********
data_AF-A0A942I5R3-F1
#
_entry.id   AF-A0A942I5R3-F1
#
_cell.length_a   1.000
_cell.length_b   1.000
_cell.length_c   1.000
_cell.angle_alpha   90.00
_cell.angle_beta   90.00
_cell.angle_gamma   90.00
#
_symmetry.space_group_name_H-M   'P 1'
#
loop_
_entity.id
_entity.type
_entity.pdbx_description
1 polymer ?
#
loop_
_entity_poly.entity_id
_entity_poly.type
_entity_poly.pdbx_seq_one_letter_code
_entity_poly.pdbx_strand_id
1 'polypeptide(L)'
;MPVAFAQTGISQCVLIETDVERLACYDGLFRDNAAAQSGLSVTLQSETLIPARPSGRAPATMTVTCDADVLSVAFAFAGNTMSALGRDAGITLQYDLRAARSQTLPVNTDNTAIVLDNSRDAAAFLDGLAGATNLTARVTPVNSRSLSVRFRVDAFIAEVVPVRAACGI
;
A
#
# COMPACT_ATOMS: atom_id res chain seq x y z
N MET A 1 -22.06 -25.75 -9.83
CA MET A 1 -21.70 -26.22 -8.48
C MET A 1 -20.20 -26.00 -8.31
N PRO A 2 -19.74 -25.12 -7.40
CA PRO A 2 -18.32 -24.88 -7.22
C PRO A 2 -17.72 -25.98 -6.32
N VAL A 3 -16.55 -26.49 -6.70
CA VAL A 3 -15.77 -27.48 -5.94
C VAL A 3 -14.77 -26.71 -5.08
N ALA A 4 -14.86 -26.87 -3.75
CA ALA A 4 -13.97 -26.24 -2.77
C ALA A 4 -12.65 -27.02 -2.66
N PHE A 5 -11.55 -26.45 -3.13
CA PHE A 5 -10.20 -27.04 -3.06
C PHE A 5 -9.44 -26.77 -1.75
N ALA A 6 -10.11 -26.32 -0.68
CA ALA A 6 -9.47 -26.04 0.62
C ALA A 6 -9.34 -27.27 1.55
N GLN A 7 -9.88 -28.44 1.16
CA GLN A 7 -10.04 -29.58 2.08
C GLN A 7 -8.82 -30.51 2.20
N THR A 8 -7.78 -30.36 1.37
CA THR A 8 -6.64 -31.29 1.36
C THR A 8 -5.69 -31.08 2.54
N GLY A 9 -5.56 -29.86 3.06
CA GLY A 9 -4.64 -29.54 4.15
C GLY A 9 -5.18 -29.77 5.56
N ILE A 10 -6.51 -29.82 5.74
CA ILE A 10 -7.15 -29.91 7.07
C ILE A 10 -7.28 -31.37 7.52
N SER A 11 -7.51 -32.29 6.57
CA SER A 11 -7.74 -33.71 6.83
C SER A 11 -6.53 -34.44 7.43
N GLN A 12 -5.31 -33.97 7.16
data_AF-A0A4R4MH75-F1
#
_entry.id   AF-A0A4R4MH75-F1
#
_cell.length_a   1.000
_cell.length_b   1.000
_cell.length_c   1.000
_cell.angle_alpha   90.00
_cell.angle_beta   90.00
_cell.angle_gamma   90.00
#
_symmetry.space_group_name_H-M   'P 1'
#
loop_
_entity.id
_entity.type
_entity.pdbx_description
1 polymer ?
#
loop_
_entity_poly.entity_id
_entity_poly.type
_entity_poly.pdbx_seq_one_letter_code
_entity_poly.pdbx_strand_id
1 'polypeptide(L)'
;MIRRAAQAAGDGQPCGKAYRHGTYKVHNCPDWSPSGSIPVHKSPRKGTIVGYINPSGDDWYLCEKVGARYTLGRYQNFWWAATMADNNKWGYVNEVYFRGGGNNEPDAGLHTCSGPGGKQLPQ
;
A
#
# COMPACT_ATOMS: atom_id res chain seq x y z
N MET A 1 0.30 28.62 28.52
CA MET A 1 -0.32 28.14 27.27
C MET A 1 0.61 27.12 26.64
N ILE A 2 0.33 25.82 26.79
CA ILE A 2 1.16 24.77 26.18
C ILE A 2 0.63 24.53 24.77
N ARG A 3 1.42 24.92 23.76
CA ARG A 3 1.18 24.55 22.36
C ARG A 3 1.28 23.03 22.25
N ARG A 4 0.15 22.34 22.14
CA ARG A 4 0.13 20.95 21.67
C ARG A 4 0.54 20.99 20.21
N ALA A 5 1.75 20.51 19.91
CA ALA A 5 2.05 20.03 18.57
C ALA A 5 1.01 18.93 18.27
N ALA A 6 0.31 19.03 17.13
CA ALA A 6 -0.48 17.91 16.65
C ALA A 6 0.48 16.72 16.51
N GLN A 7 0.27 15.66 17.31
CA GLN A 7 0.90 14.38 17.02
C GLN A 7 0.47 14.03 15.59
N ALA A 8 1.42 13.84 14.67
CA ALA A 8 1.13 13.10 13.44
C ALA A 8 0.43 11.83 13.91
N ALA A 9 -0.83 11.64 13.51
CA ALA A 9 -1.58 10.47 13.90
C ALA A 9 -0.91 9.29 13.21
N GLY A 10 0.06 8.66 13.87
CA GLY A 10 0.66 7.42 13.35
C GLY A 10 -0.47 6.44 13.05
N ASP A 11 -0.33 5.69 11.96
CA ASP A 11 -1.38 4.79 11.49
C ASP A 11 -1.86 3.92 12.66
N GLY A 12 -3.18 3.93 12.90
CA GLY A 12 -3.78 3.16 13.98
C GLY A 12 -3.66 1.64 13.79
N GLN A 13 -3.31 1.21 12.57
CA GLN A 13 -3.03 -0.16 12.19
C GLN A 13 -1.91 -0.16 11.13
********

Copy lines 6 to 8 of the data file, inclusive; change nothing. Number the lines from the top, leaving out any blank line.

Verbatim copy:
_cell.length_b   1.000
_cell.length_c   1.000
_cell.angle_alpha   90.00